Protecting women’s rights is the priority, but that isn’t the only legitimate concern about sharia
Posted: Thu, 03 Nov 2016 16:37 by Benjamin Jones
Gender inequality isn't the only problem with sharia councils, and non-Muslims have every right to object to the foundation of a parallel legal system in the UK, writes Benjamin Jones.
The discrimination against women inherent in sharia is its most objectionable feature. But when considering the impact of sharia councils in the UK, women's rights are not the only consideration, and the debate is not one for Muslims to have solely among themselves, excluding all others with accusations of 'Islamophobia'.
These councils have immense cultural influence in many communities, and by this fact alone they subvert our legal system and the principle of one law for all, whether or not they have any formal legal standing.
If sharia councils operated fully within UK law, they would still pose a profound cultural challenge, and even if they made no pretence at legal power, non-Muslims would still have every right to object to their malign influence.
Even if every single participant in a sharia council was there voluntarily without coercion or social pressure, and even if every ruling and process complied with equality and human rights standards, non-Muslims would still have every right to protest against the fragmentation of our legal system.
How can there be integration if our secular legal system is openly rejected? Putting aside, for a moment, the many implications of sharia for Muslim women, the spread of these councils reeks of separatism – and an Islamist desire to state Islam's power in the physical and political realm.
Muslim women can be powerful advocates for challenging the misogyny inherent in sharia, dominated in its entirety by male judges, but the rest of society has a perfectly legitimate interest in resisting the challenge to our common citizenship and legal system that a now sprawling sharia system poses.
Some say that Muslim women are being patronised by these concerns and by the suggestion that some women don't understand the difference between sharia councils and British law, but it is demonstrably true that many Muslim women don't: The vast number of Muslim women who have only religious 'marriages' is a testament to this. Many of these women wrongly believe their nikah (religious marriage) is legally recognised.
Countless women find themselves penniless, homeless or severely impoverished because of this terrible misunderstanding when they are 'divorced' from their husbands, only to find out that their 'marriage' was legally non-existent.
So it is not patronising to say that some, perhaps a great many Muslim women, do not know the real law from the 'justice' dispensed by local figures they respect.
How many cases of women abused by their 'husbands' never see the light of day because they are 'resolved' by a sharia council and the women think this to be a valid and definitive legal process? How many women are made poor because they have no legal marriage, and no legal rights if their husbands shun them? We can't ever know for sure.
It is not patronising to state these facts or for wider society to have concerns about our fellow citizens.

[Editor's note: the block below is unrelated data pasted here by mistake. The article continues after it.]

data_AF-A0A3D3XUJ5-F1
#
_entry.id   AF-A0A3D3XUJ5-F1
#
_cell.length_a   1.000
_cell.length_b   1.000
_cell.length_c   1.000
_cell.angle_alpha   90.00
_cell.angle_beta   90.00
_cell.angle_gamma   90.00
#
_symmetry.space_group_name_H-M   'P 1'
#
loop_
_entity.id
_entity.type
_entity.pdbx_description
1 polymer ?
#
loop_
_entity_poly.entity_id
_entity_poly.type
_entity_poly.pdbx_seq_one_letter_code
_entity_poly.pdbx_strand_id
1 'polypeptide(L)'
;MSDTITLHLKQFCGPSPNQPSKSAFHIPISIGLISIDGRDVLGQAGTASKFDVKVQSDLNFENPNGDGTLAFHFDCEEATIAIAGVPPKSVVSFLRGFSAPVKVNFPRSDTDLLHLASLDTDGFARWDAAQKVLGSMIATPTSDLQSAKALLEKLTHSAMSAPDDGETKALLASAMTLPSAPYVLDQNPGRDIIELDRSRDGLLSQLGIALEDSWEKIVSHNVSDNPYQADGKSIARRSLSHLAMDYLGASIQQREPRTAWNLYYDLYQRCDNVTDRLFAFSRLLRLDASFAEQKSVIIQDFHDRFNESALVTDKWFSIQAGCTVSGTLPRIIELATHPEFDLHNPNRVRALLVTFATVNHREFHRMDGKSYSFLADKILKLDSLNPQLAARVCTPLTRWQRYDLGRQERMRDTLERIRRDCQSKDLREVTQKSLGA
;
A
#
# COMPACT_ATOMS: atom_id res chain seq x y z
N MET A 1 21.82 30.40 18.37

And society as a whole has an interest in preserving the supremacy of UK law and human rights.
The establishment of quasi-legal organs and the founding of a new legal system in communities across Britain erodes at our common citizenship.
It is, in fact, the foundation of an entirely separate civilization and one of the most blatant manifestations of the 'parallel lives' that ethnically and religiously divided communities across the UK are living.
Shaista Gohir of the Muslim Women's Network, complaining about the approach of a parliamentary inquiry into how sharia operates, said: "There are people who are anti-faith, particularly anti-Islam, who are using women's rights as a guise… anti-faith activists, including feminists, and I'm a feminist myself, who should know better in terms of speaking to Muslim women and finding out what it is that they want."
Gohir said it was a "myth" that sharia was becoming a parallel legal system.
During a Home Affairs Select Committee hearing on sharia, Nusrat Ghani MP said that the UK risked one day becoming like India, where different minorities have their own legal system, and she is right to warn of this. Though this is nowhere near the formal legal situation, it is, arguably, becoming the de facto situation with respect to elements of family law like marriage and divorce.
As Maryam Namazie told the Committee, sharia councils "do call themselves courts" and do call themselves judges. "It doesn't have the force of the law but they do imply that they are the force of the law." The Muslim women who believe their Islamic marriages are legally real is proof enough of this essential point.
This discussion isn't just for Muslims to have within parameters that Muslims find comfortable. As with sharia, as with counter-extremism, Muslim communities can't shut themselves off from society and try to solve these problems internally. Nor should anybody have confidence in their ability to do so.
The effort to silence non-Muslim (and ex-Muslim) critics of sharia, by tarring them as 'Islamophobic', as Naz Shah MP did during the hearing, or calling them "anti-faith" or patronising, does nothing to solve the problem.
Raheel Raza said that this trend of limiting the discussion "is of great concern and this is happening all over the West - liberal, secular voices are being silenced."
Wider society won't put up with it.